These individuals have typically been regarded as “traitors” by later Mexican society. But the lack of a “Mexico” at the time of the conquest necessarily changes this view. And with that, our understanding of the conquest becomes inevitably very different when we realize that from the perspective of the indigenous tribes, i.e., the Tlaxcalans, Totonacs, etc., that supported Cortes and the Spanish, this was not a war of conquest, but perhaps oddly enough a war of liberation, and undoubtedly, vengeance against those that they perceived to be their oppressors.

The story of these groups has often been forgotten or marginalized for the sake of a greater narrative usually constructed with political or nationalistic elements in mind. As a consequence, these voices have often been lost. Alternatively, their voices raise uncomfortable questions. As Professor Martin Rios Saloma noted, indigenous groups that opted to side with Cortes often negotiated their position in the new order they recognized was taking shape. Consequently, as they saw the winds of change blowing, they invariably impacted and shaped the contemporary society that was forming.

How does this apply to Cryto-Jewish identity? I believe it raises some fundmental questions regarding how Crypto-Jews saw themselves in relation to the dominant society. How many beliefs and practices and perhaps more importantly self-perception of Crypto -Jews. I do not provide an answer to this, but hope this raises some important questions.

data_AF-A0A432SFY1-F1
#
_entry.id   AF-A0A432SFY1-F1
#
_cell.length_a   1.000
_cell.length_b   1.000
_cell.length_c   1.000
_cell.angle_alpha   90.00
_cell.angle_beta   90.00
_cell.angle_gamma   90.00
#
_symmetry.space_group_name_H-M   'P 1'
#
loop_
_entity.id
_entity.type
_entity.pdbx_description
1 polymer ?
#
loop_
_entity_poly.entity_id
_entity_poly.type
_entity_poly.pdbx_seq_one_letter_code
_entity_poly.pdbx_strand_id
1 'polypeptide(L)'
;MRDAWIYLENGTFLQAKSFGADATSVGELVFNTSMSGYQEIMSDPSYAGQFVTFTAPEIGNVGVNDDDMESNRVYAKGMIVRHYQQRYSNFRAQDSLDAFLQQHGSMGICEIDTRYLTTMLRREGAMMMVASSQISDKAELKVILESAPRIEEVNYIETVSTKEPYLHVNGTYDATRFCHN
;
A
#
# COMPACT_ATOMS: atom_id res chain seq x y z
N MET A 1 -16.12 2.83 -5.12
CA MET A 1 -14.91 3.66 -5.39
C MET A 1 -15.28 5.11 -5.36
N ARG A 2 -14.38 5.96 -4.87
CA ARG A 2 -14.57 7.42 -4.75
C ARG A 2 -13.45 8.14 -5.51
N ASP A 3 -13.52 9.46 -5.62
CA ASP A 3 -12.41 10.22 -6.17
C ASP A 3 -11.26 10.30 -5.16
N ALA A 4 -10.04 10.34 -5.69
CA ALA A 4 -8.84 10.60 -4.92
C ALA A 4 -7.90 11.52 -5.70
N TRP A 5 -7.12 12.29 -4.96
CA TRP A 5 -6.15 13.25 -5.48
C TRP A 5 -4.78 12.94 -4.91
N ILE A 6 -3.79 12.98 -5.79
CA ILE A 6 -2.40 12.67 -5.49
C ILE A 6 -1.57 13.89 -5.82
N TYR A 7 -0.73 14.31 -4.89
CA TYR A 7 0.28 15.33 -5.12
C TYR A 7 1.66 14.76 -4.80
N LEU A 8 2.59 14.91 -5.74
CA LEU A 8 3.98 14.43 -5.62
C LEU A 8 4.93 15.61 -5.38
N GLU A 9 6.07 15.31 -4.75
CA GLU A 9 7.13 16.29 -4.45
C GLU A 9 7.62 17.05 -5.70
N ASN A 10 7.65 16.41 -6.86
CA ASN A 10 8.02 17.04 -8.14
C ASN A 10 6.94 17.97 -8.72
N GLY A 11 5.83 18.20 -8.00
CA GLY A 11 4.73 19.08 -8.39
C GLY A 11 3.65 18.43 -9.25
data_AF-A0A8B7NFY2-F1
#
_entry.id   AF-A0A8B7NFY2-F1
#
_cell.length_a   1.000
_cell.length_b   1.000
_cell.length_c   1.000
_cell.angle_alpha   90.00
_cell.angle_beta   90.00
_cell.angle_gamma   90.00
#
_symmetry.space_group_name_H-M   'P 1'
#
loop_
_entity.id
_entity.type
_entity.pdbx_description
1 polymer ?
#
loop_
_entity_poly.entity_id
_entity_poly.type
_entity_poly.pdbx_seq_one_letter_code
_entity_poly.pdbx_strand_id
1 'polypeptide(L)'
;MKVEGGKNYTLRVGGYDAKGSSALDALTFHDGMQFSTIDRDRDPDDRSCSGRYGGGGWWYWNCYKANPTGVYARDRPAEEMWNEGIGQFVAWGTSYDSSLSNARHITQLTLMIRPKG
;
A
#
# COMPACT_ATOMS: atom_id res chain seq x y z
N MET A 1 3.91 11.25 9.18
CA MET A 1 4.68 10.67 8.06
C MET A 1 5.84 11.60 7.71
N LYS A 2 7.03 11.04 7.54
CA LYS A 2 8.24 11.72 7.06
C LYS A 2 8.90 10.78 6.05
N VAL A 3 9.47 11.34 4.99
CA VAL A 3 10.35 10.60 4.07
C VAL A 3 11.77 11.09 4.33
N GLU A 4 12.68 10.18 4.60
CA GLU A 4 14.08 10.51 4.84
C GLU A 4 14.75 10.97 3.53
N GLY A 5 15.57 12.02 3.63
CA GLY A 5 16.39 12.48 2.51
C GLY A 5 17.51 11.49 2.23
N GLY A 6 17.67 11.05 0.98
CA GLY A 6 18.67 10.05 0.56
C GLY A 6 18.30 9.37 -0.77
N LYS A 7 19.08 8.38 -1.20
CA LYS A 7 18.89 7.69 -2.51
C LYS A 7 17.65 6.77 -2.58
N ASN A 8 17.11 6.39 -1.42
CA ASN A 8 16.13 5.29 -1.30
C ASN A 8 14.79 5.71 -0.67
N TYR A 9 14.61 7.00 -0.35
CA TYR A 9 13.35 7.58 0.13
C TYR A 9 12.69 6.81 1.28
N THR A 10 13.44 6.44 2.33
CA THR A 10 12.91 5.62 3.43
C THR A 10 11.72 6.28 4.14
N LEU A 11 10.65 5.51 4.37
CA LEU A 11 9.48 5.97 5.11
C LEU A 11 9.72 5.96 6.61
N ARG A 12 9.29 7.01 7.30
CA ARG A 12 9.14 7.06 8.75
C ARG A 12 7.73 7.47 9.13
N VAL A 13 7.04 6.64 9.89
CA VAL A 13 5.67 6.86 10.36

[1] Martin Rios Saloma IIH-UNAM, “España y México a la luz de las nuevas investigaciones sobre la conquista,” Presentation at the El Centro de Estudios de Historia de México Fundación Carlos Slim invita a su Ciclo de Conferencias Primavera 2017 “La reconciliación con nuestra historia II”. 2017. For a thorough view of the topic, see the monumental work, Martin Rios Saloma, ed., El mundo de los conquistadores (Ciudad Universitaria: Universidad Nacional Autonoma de Mexico, 2015). For an example of the complex elements involved in determining what constitutes true history, see Daniel Hernandez, “Mexico’s new culture war: Did a pyramid light show ‘decolonize’ or rewrite history?” Los Angeles Times October 16 2021.

Rabbi Juan Bejarano-Gutierrez is a graduate of the University of Texas at Dallas where he earned a bachelor of science in electrical engineering. He studied at the Siegal College of Judaic Studies in Cleveland and received a Master of Arts Degree with Distinction in Judaic Studies.His master’s thesis focused on Jewish Identity in the Second Temple Period.

He completed his doctoral studies at the Spertus Institute of Jewish Learning and Leadership in Chicago in 2015. His doctoral dissertation is titled “Complex Identities: Christian and Jewish Attitudes Towards Conversos” and was accepted in September 2015.  He is the author of Secret Jews.